To foster resilience in youth, parents, caregivers, and professionals may need to start with some self-reflection. For a moment, close your eyes and imagine your 14-year-old self. You overhear two different conversations.
Adverse Childhood Experiences (ACEs) such as abuse, neglect, and household dysfunction are potentially traumatic events in childhood that have been linked to increased risk to negative outcomes in adulthood. Aversive community environments can also have a traumatic impact. These include factors such as communities with high poverty rates, violence, poor housing quality, and limited supports/ resources.
Two out of three parents are saying that they are “extremely” or “very” worried about the mental health status in young people, according to a Harris poll. The youth-mental-health-crisis is a concern for most Americans, especially parents who are seeing a worsening their children’s mental health since the pandemic.
The American Academy of Pediatrics (AAP) recommends screening children starting at age 9 for substance-use. In mental health outpatient settings such as CARE Counseling, concerns are assessed for all children, with screening done for children 10 and older.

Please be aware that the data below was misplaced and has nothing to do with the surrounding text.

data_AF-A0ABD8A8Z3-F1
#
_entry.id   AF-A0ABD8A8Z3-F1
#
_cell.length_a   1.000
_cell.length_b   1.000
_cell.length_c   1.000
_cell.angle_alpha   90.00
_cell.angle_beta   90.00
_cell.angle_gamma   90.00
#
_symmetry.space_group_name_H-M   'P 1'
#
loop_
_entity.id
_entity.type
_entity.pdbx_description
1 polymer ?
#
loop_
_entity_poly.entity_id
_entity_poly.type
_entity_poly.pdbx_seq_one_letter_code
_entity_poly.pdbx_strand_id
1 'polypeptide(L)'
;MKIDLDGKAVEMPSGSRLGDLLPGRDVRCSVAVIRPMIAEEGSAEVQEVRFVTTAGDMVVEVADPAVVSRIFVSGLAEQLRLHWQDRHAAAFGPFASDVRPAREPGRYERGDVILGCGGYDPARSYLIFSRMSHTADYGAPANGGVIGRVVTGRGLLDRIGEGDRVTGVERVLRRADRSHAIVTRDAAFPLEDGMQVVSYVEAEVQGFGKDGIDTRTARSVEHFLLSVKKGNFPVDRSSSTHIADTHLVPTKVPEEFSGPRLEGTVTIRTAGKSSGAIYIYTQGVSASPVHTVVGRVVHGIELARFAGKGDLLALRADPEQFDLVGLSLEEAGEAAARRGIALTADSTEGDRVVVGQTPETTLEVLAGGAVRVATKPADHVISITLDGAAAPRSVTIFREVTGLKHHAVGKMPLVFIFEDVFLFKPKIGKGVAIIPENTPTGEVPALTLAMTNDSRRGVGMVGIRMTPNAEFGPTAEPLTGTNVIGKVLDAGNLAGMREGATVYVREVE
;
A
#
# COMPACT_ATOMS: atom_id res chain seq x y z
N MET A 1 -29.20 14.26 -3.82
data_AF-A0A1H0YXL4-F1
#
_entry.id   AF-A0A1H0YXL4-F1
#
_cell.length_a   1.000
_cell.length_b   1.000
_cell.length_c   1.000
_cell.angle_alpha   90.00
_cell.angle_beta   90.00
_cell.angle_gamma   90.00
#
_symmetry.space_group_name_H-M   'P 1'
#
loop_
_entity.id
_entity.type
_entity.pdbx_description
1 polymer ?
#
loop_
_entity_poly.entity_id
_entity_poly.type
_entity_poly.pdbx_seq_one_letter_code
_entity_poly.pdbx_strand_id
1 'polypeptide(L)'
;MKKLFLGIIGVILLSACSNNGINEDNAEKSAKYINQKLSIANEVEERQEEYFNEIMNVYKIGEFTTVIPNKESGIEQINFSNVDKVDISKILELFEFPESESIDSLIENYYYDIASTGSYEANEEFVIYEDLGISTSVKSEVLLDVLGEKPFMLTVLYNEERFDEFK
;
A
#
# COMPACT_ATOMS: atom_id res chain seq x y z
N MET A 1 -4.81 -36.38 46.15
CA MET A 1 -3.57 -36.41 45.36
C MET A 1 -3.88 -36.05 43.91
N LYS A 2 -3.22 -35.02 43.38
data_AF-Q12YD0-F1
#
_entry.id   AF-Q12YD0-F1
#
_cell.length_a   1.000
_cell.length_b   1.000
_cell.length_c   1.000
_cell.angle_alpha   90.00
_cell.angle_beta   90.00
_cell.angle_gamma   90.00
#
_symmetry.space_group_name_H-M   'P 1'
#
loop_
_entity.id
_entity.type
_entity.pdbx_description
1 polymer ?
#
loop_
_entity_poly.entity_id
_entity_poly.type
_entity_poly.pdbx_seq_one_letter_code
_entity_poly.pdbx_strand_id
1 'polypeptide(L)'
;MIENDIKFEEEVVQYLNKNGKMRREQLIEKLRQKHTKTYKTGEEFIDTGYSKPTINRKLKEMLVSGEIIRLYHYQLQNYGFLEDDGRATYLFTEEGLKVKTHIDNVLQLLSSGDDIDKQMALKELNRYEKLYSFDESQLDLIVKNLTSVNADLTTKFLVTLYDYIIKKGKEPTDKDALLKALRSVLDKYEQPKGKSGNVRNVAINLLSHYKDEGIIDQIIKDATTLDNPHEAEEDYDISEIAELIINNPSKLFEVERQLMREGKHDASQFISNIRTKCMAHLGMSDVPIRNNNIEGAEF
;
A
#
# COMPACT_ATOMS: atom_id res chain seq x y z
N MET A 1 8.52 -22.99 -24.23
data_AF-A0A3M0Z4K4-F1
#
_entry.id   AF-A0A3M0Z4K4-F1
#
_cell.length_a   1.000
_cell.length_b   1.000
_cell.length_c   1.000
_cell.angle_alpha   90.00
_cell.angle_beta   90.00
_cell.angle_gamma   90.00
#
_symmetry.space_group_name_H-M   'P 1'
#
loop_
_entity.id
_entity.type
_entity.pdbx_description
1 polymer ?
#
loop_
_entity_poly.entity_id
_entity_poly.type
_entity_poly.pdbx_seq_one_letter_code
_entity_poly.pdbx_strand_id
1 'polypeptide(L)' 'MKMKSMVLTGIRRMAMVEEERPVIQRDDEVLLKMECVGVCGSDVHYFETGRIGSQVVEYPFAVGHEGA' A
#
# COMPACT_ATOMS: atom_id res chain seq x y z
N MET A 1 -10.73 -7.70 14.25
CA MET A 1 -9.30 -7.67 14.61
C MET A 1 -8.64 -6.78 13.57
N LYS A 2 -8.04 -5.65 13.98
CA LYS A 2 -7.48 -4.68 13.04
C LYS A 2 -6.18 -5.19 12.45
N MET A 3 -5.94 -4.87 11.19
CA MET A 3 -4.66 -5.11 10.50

Today is our final post in this 6-part series on motivation. Rather than trying to increase or bypass motivation, this week we’ll look at one way to keep motivation going: balance: to keep in the correct proportions
Welcome back! Now that you’re on part 5 of this series (be sure to check out previous posts if you haven’t seen them yet), I hope you have found a few strategies that help you work with or work around motivation.
Celebrity relationships can give us a glimpse into our own relationships. While we may sit back and read stories of celebrity gossip for entertainment, they are lives of real people who are also get overwhelmed with stressors, struggle with mental illness, and may turn to maladaptive ways to cope.
Knowing what to look for in a couple’s therapist can be daunting. Luckily, CARE Counseling has simplified the process for you!
Listening and learning from Black Americans who have lived history and whose ancestors have lived history is such a humbling experience; Black history is American history.